# Prove that $(\mathbf{AB})^{T} = \mathbf B^{T}\mathbf A^{T}$ where $\mathbf A$ and $\mathbf B$ are matrices

I am asked to prove following:

Let $$\mathbf A$$ and $$\mathbf B$$ be matrices. Prove that $$(\mathbf{AB})^{T} = \mathbf B^{T}\mathbf A^{T}$$

My attempt:

Consider arbitrary entry of the $$(\mathbf A \mathbf B)^{T}$$, namely $$((\mathbf A \mathbf B)^{T})_{i,j}$$

$$((\mathbf A \mathbf B)^{T})_{i,j} = (\mathbf A \mathbf B_{j,i})^{T} =\sum_{k=1}^{n}(a_{j,k}b_{k,i})^{T} = \sum_{k=1}^{n}a_{k,j}b_{i,k} =\sum_{k=1}^{n} b_{i,k}a_{k,j} = (B^{T}A^{T})_{i,j}$$

Since we considered arbitrary entry, we conclude that $$(\mathbf{AB})^{T} = \mathbf B^{T}\mathbf A^{T}$$ $$\Box$$

Is it correct?

Although I can't tell for sure, I believe that something is wrong with the proof above. The step that concerns me the most (perhaps because of the notation involved) is $$\tag!\sum_{k=1}^{n}(a_{j,k}b_{k,i})^{T} = \sum_{k=1}^{n}a_{k,j}b_{i,k}$$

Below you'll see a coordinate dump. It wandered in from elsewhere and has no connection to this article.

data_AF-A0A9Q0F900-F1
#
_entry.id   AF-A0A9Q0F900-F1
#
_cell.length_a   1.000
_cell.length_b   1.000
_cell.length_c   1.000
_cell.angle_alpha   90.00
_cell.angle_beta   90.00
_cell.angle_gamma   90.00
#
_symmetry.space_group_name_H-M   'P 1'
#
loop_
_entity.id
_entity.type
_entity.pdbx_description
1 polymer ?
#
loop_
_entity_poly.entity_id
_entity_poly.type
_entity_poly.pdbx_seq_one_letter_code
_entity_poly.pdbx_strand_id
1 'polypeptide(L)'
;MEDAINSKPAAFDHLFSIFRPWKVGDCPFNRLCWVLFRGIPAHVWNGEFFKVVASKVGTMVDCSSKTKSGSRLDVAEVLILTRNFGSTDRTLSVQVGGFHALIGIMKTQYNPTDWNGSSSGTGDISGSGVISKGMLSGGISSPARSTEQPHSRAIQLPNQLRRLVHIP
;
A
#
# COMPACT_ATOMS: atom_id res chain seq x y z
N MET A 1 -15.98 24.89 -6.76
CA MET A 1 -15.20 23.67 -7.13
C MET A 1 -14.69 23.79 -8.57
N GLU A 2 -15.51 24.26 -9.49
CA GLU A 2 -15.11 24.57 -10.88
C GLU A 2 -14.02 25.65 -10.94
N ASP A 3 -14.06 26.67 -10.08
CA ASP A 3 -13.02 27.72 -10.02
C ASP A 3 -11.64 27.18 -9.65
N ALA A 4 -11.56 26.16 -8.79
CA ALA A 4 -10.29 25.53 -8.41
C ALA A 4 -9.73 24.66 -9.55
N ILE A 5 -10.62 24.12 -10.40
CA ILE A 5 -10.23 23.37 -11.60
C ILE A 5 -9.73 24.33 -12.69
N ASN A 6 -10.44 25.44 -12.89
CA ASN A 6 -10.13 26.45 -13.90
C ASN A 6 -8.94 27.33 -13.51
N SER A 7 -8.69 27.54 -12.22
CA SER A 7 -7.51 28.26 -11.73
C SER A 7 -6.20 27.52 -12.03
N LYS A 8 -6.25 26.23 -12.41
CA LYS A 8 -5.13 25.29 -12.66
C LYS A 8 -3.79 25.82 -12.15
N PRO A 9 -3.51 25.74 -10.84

• $(AB)^T_{i,j}=(AB)_{j,i}$. To put into words, the $(i,j)^{th}$ entry of $(M)^T$ is the $(j,i)^{th}$ entry of $M$, where $M=AB$. Sep 2, 2019 at 11:29
• Think about what each step means. E.g., what does $(AB_{j,i})^T$ mean? Is that really what you want to say? Sep 2, 2019 at 11:32
• @BallBoy I meant transposition of the arbitrary entry, but now I see that it is incorrect. Sep 2, 2019 at 11:44

To do it correctly you need to write $$\big(({\bf AB})^T\big)_{i,j} = ({\bf AB})_{j,i}$$ and later after using the formula for the entries of product of matrices, you'll go back with $${\bf A}_{j,k} {\bf B}_{k,i} = ({\bf A}^T)_{k,j} ({\bf B}^T)_{i,k} = ({\bf B}^T)_{i,k} ({\bf A}^T)_{k,j}$$
$$\sum_k (a_{j,k}b_{k,i})^T$$.